Nintendo extends Joy-Con repair service to out-of-warranty devices in certain territories.

Rejoice! Joy-Con drift will never again be a cause for concern for your bank account.

Image via Nintendo

An update to the UK Nintendo support page shows that the company will now offer a free repair service to customers whose Joy-Cons are faulty, even if those devices are out of warranty. The change is reflected on a few other regional variants of Nintendo’s support page, which now lists Joy-Con drift as a legitimate fault.

Related: The 8 best games from PAX East 2023

This policy change resulted from much backlash against Nintendo over Joy-Con drift. Consumer groups, parents, and even governments have been attempting to hold Nintendo accountable for this fundamental flaw in its design for years, and now it seems like the company is willing to accept responsibility. The issue is caused by general wear on a Joy-Con’s analog stick, resulting in involuntary in-game movement.

If you check the UK Nintendo support page today, you’ll see the out-of-warranty repair service offered to all those that own a pair. Finally, this brings Nintendo’s UK repair policy in line with most of the rest of the world, such as France, Latin America, and North America, and applies to similar issues on the Nintendo Switch Lite.

The specific wording on Nintendo’s website includes the European Economic Area (EEA) and Switzerland too. It says, “until further notice, Nintendo will not charge you in the European Economic Area (EEA), UK, and Switzerland for the repair of the responsiveness syndrome irrespective of whether this is caused by a defect or by wear and tear.” The company adds that it reserves the right to refuse repair on modded equipment, so it’s probably not worth sending in Joy-Cons you’ve put a new shell on.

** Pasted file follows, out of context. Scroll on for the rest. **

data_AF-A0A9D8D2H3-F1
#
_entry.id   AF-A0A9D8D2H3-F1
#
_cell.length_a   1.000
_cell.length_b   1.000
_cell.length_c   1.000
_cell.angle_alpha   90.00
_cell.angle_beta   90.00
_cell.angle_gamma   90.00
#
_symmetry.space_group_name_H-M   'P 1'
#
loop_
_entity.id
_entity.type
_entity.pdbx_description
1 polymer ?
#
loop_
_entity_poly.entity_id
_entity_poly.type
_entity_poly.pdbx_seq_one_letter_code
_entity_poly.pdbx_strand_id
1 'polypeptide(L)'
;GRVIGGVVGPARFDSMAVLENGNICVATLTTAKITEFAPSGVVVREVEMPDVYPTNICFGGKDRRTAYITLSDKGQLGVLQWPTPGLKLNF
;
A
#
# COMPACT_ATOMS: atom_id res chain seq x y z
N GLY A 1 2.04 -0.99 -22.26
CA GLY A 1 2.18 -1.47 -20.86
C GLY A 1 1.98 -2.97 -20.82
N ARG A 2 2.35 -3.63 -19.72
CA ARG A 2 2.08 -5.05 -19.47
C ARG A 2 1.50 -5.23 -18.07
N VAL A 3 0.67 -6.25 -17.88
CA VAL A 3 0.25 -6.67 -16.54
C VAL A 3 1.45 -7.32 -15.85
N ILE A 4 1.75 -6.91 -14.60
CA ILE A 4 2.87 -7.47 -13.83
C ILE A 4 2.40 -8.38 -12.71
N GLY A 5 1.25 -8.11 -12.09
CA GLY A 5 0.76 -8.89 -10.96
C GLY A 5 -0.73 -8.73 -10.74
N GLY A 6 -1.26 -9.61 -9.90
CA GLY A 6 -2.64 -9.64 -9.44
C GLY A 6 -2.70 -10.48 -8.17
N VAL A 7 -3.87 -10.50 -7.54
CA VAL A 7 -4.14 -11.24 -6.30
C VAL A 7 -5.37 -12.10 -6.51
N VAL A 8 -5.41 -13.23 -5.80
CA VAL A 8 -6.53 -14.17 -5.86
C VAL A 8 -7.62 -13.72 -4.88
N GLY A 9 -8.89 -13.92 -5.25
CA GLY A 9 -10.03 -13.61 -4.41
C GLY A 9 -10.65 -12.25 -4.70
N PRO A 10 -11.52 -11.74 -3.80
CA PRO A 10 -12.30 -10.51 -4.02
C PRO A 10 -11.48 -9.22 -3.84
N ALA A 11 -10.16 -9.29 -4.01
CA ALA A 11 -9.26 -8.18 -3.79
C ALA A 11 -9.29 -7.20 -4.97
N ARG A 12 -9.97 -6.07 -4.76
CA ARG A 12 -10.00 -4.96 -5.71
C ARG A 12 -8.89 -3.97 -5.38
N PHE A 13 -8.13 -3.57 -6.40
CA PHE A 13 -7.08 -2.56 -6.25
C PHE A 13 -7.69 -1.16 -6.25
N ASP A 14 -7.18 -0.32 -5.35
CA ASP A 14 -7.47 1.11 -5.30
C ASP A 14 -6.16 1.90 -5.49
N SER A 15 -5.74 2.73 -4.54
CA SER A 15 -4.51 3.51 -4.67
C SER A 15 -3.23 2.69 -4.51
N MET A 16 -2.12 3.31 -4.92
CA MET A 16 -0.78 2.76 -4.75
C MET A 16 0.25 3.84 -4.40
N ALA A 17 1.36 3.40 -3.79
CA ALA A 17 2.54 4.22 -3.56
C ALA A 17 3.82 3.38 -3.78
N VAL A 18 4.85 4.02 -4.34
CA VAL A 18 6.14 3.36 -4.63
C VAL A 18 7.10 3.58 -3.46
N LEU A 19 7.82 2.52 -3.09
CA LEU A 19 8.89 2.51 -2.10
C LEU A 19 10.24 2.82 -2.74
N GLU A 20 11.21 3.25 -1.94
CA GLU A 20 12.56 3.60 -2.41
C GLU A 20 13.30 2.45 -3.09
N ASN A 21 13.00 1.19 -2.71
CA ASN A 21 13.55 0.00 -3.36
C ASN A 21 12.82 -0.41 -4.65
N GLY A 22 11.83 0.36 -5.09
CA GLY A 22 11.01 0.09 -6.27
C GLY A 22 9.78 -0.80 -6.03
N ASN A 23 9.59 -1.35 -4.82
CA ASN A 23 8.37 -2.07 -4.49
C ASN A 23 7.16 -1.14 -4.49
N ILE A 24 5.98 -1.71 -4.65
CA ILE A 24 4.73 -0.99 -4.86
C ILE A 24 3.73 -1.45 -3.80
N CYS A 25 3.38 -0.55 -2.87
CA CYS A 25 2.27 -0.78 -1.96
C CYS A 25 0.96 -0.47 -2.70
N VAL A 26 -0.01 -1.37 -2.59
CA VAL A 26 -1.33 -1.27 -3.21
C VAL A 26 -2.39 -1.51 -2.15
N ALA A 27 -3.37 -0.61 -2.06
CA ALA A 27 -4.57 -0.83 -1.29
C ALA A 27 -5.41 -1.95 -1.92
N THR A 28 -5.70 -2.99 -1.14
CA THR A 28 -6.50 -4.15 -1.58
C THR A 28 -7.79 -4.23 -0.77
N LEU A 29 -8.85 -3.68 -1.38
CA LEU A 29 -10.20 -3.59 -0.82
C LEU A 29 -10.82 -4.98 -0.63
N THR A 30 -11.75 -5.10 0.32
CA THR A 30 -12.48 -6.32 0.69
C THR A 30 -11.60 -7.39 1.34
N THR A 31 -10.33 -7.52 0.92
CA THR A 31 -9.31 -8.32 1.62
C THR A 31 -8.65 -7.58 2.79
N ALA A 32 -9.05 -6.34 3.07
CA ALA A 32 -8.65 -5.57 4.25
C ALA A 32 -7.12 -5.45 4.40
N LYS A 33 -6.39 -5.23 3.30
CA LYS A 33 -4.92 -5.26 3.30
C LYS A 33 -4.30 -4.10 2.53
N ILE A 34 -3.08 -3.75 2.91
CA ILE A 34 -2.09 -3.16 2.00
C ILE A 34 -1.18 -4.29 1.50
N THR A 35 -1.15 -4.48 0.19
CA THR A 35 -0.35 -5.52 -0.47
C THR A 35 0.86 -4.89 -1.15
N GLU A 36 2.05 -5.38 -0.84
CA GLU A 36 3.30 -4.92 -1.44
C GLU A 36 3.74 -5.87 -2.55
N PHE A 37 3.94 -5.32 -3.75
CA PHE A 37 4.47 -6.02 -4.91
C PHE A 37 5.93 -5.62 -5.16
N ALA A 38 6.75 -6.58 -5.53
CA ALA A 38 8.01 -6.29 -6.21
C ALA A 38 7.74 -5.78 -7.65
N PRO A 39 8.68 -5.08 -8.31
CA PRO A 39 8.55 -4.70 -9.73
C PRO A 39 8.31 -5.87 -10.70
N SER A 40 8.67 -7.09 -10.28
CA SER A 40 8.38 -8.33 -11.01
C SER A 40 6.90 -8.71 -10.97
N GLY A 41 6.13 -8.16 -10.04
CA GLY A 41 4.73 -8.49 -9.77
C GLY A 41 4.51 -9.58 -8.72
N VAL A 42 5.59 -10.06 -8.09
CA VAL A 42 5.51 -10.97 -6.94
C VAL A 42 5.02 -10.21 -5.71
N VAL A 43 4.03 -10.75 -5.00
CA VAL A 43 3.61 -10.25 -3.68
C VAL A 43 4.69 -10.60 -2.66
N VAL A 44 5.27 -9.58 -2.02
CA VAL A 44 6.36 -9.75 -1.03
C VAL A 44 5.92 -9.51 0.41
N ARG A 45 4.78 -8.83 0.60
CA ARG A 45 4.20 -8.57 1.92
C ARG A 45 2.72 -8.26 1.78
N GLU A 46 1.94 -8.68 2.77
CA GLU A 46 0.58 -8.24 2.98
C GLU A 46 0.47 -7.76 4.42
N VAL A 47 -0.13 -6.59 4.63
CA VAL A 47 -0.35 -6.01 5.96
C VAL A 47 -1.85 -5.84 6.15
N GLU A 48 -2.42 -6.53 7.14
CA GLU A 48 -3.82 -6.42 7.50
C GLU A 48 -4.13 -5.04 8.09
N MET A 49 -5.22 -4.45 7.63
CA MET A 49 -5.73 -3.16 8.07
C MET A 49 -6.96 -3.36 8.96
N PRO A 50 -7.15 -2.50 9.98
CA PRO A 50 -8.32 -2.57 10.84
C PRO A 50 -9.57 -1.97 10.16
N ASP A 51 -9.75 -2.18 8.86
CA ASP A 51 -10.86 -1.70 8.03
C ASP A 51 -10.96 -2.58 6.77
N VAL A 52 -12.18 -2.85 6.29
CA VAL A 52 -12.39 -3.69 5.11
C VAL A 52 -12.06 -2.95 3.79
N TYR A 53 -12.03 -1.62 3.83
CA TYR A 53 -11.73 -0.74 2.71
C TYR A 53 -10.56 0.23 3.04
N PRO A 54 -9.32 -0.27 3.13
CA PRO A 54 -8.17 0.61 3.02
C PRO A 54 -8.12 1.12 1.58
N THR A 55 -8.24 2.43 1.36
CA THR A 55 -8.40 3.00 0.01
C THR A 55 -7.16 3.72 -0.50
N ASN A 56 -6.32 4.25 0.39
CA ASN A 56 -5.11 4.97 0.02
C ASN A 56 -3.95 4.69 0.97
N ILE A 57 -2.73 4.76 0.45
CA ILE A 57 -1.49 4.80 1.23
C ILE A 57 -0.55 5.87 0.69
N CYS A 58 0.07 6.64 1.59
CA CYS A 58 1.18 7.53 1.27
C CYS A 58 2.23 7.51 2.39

Nintendo now recognizes Joy-Con drift as a legitimate hardware issue it calls “responsiveness syndrome or so-called ‘drifting’.” Legal cases over the issue started to hit the news in 2019 when Nintendo was charging $40 for Joy-Con repairs because they were out of their 90-day warranty. Even officially repaired Joy-Cons were experiencing the issue, and Nintendo seemed to be fighting against providing any additional support. Thankfully, the company is now offering repairs and will do so for the foreseeable future. This could even extend beyond the Nintendo Switch’s lifetime, given how long the company supports past consoles such as the Wii U and 3DS.